New Health Insurance Study Released as State Rolls Out Medicaid Expansion

Stephen Barnes

Stephen Barnes

August 30, 2016

BATON ROUGE – Louisiana is the only state in the Deep South that has approved Medicaid expansion. To help the state prepare for this, researchers from LSU conducted the most comprehensive assessment of the current health insurance status of the population. The 2015 Louisiana Health Insurance Survey, or LHIS, provides a snapshot of insurance coverage for adults who are eligible for Medicaid to assist in planning and to provide a benchmark for future comparisons tracking changes brought on by the policy.

On Jan. 12, Gov. John Bel Edwards signed an executive order to adopt the Medicaid expansion. Since June 1, adults up to 138 percent of the Federal Poverty Level, or FPL, can apply for Medicaid. Since July 1, additional qualified individuals have been able to receive Medicaid health coverage.

The LHIS has been conducted every two years since 2003.

“This most recent study is particularly important in light of the changes in Medicaid eligibility because it establishes a baseline snapshot of coverage and provides timely estimates for planning” said Stephen Barnes, director of the LSU Economics & Policy Research Group at the E. J. Ourso College of Business.

The study shows that in 2015, there were 327,700 uninsured adults under 138 percent FPL. In addition, about 180,500 adults in the under 138 percent FPL income group have employer coverage, and 62,000 have privately purchased coverage. While most uninsured individuals are expected to take up Medicaid coverage with the expansion, a portion of those with employer coverage and privately purchased insurance may also opt for the free expanded Medicaid program in order to reduce costs.

The 2015 LHIS was conducted by the LSU Economics & Policy Research Group at the E. J. Ourso College of Business and the Public Policy Research Lab at the Manship School of Mass Communication.

“This year’s study is also the first to assess the impact of the federal online Marketplace on access to insurance,” Barnes said.

The study shows that despite increased access and federal subsidies for privately purchased insurance through the online Marketplace, the percent of adults covered by privately purchased coverage dropped in 2015. In 2015, 6.5 percent of adults purchased insurance on their own or through the Marketplace, compared to 7.9 percent in 2013.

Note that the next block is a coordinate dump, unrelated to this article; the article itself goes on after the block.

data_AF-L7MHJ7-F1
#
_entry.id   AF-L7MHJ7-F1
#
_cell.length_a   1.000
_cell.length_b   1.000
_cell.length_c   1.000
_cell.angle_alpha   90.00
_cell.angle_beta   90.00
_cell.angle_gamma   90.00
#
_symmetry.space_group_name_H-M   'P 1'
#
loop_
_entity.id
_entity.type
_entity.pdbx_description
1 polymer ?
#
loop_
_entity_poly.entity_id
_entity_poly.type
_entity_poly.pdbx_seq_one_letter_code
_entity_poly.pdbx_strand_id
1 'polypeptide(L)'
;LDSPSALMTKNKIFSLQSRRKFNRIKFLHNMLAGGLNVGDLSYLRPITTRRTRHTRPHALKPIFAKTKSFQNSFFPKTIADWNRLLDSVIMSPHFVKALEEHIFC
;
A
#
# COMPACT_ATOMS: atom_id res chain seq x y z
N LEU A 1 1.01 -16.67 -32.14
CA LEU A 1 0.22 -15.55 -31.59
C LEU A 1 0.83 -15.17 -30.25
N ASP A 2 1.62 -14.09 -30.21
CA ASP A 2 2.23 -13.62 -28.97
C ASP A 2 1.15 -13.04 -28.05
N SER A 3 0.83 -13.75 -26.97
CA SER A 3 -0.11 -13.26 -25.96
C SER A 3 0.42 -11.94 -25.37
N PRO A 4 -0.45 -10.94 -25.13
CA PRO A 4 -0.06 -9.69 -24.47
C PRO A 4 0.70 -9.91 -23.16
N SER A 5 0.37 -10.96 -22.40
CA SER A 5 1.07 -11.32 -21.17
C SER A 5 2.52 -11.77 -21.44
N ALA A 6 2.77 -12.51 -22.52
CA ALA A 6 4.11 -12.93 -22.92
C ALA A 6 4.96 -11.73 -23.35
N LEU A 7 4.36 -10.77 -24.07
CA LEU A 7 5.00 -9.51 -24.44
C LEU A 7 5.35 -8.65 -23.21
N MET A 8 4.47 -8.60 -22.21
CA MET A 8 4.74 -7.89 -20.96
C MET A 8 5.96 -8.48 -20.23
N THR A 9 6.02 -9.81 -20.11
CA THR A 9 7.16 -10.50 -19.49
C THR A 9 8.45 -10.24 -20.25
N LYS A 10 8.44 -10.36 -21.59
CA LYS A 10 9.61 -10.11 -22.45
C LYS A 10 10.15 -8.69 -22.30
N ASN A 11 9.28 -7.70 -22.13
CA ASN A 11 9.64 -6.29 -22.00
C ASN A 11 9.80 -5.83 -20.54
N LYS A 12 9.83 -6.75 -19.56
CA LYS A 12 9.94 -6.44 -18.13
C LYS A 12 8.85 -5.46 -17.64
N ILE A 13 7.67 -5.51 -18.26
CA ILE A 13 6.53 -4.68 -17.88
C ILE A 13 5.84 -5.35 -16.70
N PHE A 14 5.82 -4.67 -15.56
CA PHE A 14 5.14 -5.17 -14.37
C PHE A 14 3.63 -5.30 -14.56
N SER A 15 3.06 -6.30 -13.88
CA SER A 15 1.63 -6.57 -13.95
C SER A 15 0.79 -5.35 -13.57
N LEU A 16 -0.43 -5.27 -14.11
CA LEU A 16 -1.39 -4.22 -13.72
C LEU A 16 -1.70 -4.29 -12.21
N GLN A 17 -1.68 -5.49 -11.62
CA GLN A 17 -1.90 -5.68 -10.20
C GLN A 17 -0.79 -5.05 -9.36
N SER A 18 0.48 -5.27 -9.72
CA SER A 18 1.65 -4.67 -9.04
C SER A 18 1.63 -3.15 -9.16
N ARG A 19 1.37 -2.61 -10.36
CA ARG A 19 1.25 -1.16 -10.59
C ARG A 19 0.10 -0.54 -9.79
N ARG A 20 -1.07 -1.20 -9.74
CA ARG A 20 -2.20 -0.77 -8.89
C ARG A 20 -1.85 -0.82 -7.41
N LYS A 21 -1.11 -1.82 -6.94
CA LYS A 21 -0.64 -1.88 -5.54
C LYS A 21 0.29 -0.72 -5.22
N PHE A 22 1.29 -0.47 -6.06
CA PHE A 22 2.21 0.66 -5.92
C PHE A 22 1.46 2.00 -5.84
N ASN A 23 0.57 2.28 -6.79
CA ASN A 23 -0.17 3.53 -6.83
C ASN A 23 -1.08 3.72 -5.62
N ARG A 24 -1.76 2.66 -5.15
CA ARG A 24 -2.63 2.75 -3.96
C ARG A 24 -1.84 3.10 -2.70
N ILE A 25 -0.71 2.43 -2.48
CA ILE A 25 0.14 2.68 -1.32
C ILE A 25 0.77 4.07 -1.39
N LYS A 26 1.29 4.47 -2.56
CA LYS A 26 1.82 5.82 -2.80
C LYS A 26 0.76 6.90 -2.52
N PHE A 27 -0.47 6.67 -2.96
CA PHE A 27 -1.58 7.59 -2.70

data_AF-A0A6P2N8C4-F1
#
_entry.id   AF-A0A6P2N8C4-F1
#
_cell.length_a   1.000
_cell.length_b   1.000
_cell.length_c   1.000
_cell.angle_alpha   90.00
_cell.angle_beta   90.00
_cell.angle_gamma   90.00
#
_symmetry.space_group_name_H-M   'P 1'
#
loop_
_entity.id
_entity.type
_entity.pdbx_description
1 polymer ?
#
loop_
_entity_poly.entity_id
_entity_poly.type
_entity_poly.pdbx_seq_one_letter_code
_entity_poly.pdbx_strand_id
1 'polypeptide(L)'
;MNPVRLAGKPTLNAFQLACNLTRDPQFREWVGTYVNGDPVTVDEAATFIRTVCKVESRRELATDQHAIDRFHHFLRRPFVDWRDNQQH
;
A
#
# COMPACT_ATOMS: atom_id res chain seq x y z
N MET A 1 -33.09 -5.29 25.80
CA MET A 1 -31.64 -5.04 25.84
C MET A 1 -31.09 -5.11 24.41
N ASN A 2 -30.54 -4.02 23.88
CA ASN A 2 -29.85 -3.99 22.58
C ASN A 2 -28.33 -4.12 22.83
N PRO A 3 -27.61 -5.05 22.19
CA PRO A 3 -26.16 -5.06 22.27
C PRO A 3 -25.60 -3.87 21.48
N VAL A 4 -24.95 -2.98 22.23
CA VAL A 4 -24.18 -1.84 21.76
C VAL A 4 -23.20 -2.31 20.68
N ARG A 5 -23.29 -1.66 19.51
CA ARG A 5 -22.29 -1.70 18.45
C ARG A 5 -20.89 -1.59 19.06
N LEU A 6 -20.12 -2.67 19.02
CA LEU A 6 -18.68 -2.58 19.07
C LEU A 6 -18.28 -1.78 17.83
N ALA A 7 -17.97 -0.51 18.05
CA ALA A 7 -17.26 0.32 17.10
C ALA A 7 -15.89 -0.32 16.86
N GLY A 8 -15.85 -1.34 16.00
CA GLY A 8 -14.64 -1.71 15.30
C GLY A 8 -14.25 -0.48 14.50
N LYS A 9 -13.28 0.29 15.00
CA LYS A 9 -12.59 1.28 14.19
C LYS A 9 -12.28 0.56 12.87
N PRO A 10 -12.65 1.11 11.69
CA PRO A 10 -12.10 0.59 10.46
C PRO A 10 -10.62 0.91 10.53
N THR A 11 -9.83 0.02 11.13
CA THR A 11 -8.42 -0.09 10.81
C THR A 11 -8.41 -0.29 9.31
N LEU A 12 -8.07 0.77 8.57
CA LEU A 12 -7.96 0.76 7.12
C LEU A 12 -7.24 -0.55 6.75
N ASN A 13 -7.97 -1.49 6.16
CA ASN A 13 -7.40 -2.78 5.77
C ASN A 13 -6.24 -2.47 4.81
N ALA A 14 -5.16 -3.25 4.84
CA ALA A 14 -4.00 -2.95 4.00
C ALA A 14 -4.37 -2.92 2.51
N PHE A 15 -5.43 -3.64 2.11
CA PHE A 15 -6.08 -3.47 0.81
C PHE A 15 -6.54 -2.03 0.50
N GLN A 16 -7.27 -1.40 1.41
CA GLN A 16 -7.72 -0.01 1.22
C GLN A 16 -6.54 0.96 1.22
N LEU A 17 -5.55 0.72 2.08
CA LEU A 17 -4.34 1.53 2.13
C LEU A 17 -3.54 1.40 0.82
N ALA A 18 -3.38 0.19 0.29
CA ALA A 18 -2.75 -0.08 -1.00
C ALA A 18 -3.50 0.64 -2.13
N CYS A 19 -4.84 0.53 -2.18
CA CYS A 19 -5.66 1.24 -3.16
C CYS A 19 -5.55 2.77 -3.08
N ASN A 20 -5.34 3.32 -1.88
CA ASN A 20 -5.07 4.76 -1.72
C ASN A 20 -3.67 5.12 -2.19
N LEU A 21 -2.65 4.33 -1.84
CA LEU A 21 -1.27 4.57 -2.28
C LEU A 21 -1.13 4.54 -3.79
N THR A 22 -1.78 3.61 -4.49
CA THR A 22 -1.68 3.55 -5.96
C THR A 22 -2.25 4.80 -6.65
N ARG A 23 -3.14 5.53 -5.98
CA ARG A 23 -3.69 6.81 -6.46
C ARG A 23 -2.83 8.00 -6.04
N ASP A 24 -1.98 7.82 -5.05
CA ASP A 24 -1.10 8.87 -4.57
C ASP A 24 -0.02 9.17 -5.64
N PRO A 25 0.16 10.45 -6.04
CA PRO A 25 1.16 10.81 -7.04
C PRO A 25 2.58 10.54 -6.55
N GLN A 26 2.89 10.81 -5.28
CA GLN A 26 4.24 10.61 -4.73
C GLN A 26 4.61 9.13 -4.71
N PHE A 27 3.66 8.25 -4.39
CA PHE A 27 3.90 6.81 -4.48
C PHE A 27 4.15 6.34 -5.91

The 2015 LHIS includes responses from 8,644 households with more than 23,904 Louisiana residents representing every parish in the state. The large sample size makes it possible to create detailed estimates for each region within the Louisiana Department of Health and Hospitals and various subpopulations, such as people in different age groups and income levels.


Other key findings from the 2015 LHIS include:


Children:
- The uninsured rate among children dropped to 3.8 percent in 2015, down from 4.4 percent in 2013. This drop in the uninsured rate brought the number of uninsured children down to 45,000 and represented a decline of about 7,000 children from 2013 levels.

- The region with the lowest uninsured rate in 2015 is New Orleans, which saw the percent of children drop to 2.4 percent thanks in part to increased coverage through Medicaid and LaCHIP. The highest uninsured rate is in the Northeast region where 5.8 percent of children are uninsured.

- Statewide, Medicaid and LaCHIP enrollment has continued to grow for children balancing out decreases in employer coverage relative to 2013 and helping to maintain a low uninsured rate in Louisiana.


Adults:
- The uninsured rate among adults raised slightly to 22.7 percent in 2015. In 2013 the uninsured rate for adults was 22 percent. This shift meant 644,217 were uninsured, which is approximately 22,000 more adults than in 2013.​

- Lowest uninsured rate is in Baton Rouge with 18.8 percent and the highest is in the Northeast region with 29.2 percent.

Additional Link:
2015 Louisiana Health Insurance Survey

 

Angela McBride
LSU E. J. Ourso College of Business
225-578-7833